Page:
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EACEA National Policies Platform


3. Employment & Entrepreneurship

3.1 General context

Last update: 20 March 2024
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  1. Labour market situation in the country
  2. Definitions and concepts

Labour market situation in the country

Malta has been exhibiting a positive economic performance with low unemployment rates. As illustrated in the table below, the unemployment rate in Malta in 2018 stood at less than four percent, as opposed to the EU average of over seven percent. Moreover, its employment rate has continuously risen throughout the last decade. In 2013, the employment rate stood at 66.8%, almost half a percentage point below the EU figure (66.8%). The employment rate in Malta significantly increased from 75.5 percent in 2018 to 81.1 percent as of the end of 2022. The recently released employment quarterly data for Q3 confirms a positive trend, indicating a value of 83.8% for Malta. These increases are backed by positive economic growth, further enhancing the demand for expanding the local labour market.

Unemployment rate, age class 15-74

TIME EU27 Malta
2018 7.4 3.7
2019 6.8 3.6
2020 7.2 4.4
2021 7.1 3.4
2022 6.2 2.9

Source: Eurostat, last update January 2024

Table 1 Employment rate, age class 20-64

TIME EU27 Malta
2018 71.9 75.5
2019 72.7 76.8
2020 71.7 77.3
2021 73.0 79.1
2022 74.6 81.1

Source: Eurostat, last update December 2023

The Maltese government has several active labour market policies that aim to enhance work opportunities while upskilling and reskilling the current working-age population to equip said individuals with the necessary tools and transversal skills to enter the world of work. Such initiatives include schemes such as investing in skills, access to employment, and a free childcare service for parents/guardians in education or employment. The work exposure, traineeships, and youth guarantee schemes are no longer ongoing; however, Jobsplus intends to relaunch similar schemes under the new programming period 2021-2027. In addition to these schemes, Jobsplus is a licensed training services provider which offers various training programmes that range from language courses for foreigners, digital skills, accounting, payroll, care workers, childcare, trade and technical courses, courses related to entrepreneurial skills, green skills, marketing and sales and so on.  Jobsplus’ courses are free of charge and save for a few exceptions, courses are offered online.  Courses are open for persons within the working age bracket, irrespective of their employment status. Jobsplus offers accredited courses leading up to MQF/EQF level 4 and non-accredited courses.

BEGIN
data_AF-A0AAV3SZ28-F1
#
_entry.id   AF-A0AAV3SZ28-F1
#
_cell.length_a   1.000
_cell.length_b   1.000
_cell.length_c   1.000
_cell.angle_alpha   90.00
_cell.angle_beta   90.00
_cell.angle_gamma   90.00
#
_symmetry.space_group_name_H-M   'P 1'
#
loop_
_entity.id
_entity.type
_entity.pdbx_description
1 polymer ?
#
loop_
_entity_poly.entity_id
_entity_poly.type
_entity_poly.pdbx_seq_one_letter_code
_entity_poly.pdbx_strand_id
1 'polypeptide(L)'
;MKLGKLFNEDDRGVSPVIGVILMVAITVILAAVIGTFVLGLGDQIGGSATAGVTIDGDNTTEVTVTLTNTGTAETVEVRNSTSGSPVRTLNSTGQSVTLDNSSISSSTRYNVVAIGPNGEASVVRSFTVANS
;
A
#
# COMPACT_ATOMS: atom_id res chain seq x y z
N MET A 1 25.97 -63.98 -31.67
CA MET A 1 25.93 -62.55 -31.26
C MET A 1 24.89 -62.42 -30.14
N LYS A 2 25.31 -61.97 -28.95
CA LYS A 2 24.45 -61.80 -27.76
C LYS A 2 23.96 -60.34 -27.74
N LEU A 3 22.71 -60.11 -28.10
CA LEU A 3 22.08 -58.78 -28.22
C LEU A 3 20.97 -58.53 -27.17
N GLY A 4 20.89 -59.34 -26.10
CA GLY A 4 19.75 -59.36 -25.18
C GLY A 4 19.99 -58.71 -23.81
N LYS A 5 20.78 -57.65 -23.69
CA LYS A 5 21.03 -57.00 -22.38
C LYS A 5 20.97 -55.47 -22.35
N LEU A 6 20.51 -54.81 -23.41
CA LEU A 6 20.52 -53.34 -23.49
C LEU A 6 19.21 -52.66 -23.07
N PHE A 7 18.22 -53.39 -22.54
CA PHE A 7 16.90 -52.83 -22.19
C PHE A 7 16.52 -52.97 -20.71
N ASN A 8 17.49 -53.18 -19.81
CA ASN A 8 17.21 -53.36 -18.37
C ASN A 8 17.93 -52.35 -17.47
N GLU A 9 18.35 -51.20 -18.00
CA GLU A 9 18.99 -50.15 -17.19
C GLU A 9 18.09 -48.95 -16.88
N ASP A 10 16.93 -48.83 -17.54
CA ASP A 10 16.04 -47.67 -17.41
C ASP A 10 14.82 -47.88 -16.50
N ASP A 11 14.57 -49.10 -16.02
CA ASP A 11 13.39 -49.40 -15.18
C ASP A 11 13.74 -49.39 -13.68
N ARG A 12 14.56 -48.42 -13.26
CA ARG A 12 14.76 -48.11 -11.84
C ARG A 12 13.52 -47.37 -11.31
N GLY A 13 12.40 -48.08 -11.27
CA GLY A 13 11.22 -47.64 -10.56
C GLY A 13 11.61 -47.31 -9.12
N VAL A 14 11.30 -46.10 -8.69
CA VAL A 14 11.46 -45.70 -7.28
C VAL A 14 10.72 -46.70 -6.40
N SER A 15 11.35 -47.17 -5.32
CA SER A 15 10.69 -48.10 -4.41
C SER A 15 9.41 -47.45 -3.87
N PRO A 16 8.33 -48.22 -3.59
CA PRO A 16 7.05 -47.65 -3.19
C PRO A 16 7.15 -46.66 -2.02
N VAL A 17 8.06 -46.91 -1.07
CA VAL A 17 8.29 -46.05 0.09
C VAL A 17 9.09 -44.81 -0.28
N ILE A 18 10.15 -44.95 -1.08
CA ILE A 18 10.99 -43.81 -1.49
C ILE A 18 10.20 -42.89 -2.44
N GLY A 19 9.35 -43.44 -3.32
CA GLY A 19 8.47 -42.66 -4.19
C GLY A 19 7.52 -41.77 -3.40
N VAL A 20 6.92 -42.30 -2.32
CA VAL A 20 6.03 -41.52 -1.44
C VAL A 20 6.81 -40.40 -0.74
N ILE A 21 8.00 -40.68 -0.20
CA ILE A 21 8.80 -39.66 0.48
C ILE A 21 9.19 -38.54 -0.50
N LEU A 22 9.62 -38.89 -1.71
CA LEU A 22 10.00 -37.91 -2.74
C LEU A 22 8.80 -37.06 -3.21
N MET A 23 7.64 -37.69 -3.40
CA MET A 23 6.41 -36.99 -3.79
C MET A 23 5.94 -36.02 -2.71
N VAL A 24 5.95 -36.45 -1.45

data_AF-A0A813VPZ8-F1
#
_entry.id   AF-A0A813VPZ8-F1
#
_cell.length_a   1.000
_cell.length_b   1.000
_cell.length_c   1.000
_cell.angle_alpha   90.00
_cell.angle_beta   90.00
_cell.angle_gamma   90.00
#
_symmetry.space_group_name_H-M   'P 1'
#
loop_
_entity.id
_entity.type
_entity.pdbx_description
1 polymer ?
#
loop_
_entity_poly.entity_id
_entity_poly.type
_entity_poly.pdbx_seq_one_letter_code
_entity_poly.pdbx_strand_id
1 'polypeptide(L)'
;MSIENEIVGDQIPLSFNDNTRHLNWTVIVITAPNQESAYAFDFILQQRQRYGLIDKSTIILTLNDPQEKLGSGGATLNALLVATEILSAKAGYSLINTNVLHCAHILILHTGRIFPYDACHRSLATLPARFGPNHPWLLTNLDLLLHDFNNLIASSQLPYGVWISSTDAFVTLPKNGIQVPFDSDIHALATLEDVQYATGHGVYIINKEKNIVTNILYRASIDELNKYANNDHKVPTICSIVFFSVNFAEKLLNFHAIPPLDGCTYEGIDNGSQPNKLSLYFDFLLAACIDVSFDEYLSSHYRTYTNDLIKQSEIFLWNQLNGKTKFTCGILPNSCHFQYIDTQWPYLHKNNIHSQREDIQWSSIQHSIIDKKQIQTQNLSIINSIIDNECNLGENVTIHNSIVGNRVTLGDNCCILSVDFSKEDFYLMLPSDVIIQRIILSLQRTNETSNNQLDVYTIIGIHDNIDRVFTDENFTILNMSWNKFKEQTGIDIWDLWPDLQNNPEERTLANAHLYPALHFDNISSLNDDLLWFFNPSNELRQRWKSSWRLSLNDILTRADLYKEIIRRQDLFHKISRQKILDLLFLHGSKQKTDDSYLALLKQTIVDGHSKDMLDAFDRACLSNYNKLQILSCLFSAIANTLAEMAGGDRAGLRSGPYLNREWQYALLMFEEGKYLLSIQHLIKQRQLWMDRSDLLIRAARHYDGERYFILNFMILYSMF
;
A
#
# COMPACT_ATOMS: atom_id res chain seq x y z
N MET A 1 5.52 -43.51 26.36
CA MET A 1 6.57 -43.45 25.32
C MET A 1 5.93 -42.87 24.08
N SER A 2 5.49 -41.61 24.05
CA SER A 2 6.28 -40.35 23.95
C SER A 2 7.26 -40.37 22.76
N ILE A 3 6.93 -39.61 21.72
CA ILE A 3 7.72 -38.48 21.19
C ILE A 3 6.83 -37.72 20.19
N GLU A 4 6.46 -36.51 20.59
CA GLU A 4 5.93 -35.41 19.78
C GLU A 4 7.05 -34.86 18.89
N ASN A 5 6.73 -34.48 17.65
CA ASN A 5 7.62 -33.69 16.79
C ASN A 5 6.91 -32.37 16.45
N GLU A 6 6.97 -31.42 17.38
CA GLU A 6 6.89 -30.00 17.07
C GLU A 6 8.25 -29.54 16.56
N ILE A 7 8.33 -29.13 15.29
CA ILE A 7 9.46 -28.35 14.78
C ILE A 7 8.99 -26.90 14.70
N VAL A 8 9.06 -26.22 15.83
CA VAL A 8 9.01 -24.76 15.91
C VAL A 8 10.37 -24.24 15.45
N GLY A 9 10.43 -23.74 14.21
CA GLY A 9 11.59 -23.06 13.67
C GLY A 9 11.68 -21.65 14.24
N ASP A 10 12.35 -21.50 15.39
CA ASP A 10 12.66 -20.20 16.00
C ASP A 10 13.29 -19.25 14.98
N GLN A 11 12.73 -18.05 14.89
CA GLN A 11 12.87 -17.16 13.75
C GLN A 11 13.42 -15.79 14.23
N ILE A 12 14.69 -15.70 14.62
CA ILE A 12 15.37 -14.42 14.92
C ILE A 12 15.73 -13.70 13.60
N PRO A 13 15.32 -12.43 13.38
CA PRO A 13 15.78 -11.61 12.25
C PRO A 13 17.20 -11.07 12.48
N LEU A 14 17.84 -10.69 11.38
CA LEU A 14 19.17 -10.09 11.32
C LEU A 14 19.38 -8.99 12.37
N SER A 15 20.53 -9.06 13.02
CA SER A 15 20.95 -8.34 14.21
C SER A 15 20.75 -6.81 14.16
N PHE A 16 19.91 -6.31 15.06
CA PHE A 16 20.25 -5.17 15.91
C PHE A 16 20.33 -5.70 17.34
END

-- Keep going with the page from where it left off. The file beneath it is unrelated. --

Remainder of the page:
Jobsplus, the Maltese Public Employment Service, administer all these schemes. Additionally, various changes have been made to the welfare system, promoting the Making Work Pay concept. The concept focuses on rewarding people who find employment by making participation in the labour market more attractive through initiatives such as the Tapering of Benefits and In-work Benefits. 

Current youth employment situation within the labour market

With a youth (15-29 years) unemployment rate of 5.9 percent in 2022, Malta is among the countries with the lowest unemployment rate within the EU. The EU27 unemployment rate in 2022 stood at 11.3 percent, representing a 5.4 percentage point difference from Malta. 

Unemployment rate, age class 15-29

TIME EU27 Malta
2018 13.0 5.5
2019 12.1 6.2
2020 13.6 7.4
2021 13.0 6.3
2022 11.3 5.9

Source: Eurostat, last update December 2023

Various initiatives have been introduced to encourage youth participation in education, training, and employment. Through the Youth Guarantee, Jobsplus advisors help young people further their education or provide work experience to facilitate their transition from education to employment. Youth advisors also provide tailored guidance services to support unemployed young people. 

Apart from implementing the Youth Guarantee, a research project, the Employability Index, was conducted to determine vertical and horizontal mismatches experienced by graduates when entering the labour market.

This information can be used by both prospective tertiary students and local authorities as a means of career guidance: while in the process of choosing the right career path, one can evaluate the risk of vertical and horizontal mismatches for each course. Through this means, students can analyse and determine which courses have the lowest chances of leading to job mismatch.

Definitions and concepts